You move to a new place, acclimate, and still there are certain things and the way they are done that strike you as strange. After a while, though, you see the logic.
Most of the time, anyway.
Wrapping your head around election laws and practices in Arizona is one of those strange things that just don't turn normal over time.
Clean Elections, where a candidate signs on and accepts campaign funds and is not allowed to raise funds elsewhere, is one of them.
One argument in its favor is that it's not supported by an additional tax. One of my arguments against it is that it could funnel money to a candidate who has no chance. And candidates having to come before the Clean Elections politburo for more campaign money strikes me as, well, unseemly.
Regardless of where the money comes from, it was used in other ways before Clean Elections glommed onto it, and it might be nice to have that money back now to try to help balance a budget or two.
But this isn't about Clean Elections.
The hurdles candidates have to clear is one of those strange things, at least to me. What is wrong with a candidate who meets all the criteria just walking into the elections office and filing? Here, though, you've got to get "X" number of petition signatures, and every "T" must be crossed and "I" dotted in an alphabet soup of rules.
What's the point?
And if, somewhere along the line, you suggest your candidacy might be less than serious, you can get dragged in front of a judge to explain yourself. What?
Some might argue that ballots would be cluttered with candidates. So what? Do you prefer three candidates for mayor or one? Do you prefer five candidates for three Council seats or 10?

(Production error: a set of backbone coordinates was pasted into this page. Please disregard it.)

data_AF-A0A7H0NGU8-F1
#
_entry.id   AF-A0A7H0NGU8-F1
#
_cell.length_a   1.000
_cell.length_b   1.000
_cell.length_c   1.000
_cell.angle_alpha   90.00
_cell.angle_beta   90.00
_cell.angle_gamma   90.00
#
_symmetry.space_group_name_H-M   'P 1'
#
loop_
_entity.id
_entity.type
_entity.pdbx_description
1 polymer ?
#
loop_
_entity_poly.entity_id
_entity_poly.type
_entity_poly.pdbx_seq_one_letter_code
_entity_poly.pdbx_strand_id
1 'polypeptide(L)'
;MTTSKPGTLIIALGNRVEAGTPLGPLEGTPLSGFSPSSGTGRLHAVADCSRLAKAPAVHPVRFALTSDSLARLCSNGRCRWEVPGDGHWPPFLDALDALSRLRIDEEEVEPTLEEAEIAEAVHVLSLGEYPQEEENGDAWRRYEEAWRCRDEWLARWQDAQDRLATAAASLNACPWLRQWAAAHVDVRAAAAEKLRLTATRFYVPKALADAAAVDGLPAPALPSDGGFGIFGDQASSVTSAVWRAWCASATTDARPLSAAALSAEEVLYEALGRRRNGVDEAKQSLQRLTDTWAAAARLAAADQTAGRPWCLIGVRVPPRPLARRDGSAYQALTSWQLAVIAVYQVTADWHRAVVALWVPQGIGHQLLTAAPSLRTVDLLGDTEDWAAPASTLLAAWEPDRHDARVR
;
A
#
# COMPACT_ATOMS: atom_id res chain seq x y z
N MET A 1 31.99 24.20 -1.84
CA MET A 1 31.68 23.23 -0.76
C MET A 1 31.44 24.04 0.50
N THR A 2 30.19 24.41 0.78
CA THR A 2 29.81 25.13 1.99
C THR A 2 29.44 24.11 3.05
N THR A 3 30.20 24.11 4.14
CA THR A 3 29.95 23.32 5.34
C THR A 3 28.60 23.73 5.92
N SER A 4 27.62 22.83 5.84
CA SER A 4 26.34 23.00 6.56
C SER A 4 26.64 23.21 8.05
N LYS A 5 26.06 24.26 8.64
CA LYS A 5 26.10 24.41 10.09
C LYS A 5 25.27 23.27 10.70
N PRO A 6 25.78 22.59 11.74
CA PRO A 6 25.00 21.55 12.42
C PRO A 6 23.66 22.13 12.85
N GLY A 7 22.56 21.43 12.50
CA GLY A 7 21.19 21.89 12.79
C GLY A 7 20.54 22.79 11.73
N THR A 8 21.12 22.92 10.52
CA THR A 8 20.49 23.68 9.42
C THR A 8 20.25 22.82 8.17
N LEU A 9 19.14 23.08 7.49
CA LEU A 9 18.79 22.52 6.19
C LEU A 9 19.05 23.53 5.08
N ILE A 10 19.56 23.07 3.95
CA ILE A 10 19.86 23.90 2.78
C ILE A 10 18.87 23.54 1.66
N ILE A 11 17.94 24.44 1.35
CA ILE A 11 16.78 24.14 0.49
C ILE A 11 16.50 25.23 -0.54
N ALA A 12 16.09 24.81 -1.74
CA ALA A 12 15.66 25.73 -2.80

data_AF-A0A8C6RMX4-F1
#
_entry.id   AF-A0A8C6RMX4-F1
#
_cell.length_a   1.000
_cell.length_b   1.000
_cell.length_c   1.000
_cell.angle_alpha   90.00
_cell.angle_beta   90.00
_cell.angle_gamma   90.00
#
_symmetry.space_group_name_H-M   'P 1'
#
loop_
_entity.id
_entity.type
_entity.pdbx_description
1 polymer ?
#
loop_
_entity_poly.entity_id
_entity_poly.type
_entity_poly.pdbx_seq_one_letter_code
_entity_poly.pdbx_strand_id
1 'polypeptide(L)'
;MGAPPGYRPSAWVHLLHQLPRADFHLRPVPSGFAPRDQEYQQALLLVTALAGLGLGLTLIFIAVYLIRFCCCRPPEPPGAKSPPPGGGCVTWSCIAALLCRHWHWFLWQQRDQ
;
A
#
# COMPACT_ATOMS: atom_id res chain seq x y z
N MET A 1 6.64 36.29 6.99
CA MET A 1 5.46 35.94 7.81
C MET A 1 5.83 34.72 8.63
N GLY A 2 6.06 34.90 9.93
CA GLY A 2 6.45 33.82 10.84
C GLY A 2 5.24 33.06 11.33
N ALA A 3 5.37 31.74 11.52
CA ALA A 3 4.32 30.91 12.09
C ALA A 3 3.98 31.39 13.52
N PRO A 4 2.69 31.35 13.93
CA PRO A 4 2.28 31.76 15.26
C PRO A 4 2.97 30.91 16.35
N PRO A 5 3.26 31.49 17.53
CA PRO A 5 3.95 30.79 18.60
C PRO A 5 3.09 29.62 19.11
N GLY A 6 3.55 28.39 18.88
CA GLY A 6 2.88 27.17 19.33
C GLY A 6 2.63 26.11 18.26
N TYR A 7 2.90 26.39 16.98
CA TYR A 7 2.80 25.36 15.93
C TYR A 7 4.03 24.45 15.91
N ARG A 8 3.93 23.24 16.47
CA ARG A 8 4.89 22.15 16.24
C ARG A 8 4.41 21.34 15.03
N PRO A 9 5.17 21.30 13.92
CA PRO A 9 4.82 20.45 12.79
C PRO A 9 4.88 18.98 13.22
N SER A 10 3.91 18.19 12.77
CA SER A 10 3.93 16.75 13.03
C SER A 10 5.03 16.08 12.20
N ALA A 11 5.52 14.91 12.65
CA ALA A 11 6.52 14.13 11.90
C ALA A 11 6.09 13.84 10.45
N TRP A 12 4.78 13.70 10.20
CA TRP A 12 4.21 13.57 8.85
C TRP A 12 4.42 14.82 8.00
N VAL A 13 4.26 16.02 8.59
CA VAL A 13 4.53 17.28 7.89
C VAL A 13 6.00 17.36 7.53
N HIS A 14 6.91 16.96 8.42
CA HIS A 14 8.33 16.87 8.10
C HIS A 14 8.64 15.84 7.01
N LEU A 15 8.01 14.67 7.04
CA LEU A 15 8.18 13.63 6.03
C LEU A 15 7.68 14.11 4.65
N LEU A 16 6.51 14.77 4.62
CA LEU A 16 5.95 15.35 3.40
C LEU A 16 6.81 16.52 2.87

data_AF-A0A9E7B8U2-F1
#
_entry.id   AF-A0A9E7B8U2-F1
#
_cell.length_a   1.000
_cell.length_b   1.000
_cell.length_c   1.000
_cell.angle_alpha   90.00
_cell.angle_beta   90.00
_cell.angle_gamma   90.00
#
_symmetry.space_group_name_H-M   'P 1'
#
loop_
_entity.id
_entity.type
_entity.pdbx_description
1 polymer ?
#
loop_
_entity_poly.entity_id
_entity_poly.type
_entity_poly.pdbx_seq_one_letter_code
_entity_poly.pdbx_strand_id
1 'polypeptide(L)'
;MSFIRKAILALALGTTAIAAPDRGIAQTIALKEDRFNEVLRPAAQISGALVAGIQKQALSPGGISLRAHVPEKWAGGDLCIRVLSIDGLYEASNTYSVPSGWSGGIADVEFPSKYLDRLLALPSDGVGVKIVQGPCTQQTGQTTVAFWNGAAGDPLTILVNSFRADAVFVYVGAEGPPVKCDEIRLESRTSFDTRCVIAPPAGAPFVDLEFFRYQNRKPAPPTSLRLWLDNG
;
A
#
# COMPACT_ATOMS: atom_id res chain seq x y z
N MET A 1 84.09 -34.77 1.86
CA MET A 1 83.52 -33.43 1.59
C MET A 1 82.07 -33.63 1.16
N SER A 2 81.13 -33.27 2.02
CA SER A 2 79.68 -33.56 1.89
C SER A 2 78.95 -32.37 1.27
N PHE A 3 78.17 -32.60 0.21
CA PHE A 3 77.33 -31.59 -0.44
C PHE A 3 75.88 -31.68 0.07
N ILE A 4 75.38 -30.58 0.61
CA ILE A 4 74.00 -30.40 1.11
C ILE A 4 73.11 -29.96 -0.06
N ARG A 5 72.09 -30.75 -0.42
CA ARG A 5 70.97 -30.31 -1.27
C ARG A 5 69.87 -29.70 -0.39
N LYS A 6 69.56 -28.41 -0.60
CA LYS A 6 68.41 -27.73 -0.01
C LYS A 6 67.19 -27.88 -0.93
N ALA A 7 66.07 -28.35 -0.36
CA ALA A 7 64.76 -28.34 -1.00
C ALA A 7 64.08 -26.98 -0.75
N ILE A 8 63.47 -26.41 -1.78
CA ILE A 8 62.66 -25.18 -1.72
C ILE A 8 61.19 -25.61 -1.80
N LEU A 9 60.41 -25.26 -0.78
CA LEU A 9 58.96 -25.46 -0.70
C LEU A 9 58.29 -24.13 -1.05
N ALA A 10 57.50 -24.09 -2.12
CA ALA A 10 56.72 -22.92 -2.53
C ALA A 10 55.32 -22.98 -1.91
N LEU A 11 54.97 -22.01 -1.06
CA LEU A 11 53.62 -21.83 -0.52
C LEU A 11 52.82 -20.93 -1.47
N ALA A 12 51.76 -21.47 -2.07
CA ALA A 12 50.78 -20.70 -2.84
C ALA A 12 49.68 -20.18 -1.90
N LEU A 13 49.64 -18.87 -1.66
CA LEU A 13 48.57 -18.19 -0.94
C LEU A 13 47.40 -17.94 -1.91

The biggest beef, though, is when municipal elections are held. The Council was on the right track several years ago when it took the first steps toward aligning them with national elections - primaries in September, general elections in November.
Then another Council scuttled that. The argument went something like this: We want our "own" elections.
And that's what we've got, one that generally attracts less than 20 percent of the registered voters. The rest either forget or figure filling out a ballot with just two races and almost no candidates isn't worth their time.
This comfortable, incumbent-protecting format of petitions and winter/spring election dates got a jolt late last year when one of the ex-candidates for mayor - one who couldn't jump through all the hoops - suggested a different kind of campaign, one using social networking Internet sites to fire up the base and remind them to vote.
Just imagine 40 or 50 percent of the eligible voters actually participating in our municipal elections. Voters who get specific instructions via the Internet on where to vote, how to vote early, how to get an absentee ballot.
Who is this candidate's base? Beats me. But the idea of more people actually participating by voting seemed to light a fire under our incumbent mayor, and the end result is he's running unopposed.
I've got no problem with the incumbent. I think John Salem has done a fine job considering the hand he's been dealt. If there were still three candidates on the ballot, I'd vote for him.
And John Salem didn't write the election rules.
Thanks to those rules, though, he doesn't have to answer for anything he did the first two years in office.
And that strikes me as strange.